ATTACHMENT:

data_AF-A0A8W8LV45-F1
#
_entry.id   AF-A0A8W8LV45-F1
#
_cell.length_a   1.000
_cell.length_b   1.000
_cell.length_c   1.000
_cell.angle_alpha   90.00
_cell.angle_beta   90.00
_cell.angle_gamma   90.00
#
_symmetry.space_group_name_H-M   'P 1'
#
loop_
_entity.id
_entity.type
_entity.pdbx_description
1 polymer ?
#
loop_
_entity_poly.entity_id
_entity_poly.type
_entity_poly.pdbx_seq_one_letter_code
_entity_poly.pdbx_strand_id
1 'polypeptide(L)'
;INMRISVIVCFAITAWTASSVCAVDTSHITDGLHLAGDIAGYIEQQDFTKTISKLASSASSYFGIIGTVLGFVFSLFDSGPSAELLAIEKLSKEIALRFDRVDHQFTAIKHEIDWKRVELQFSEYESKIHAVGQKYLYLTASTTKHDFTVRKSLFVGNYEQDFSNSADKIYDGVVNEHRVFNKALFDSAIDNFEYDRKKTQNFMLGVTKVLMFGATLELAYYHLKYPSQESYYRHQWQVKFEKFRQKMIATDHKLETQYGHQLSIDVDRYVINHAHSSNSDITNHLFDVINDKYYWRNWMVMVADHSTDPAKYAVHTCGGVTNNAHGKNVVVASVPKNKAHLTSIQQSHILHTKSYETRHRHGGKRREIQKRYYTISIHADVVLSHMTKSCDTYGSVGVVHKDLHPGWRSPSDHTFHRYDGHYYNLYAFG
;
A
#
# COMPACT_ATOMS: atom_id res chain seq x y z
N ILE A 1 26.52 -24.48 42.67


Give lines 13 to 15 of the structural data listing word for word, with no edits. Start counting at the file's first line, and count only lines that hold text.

#
loop_
_entity.id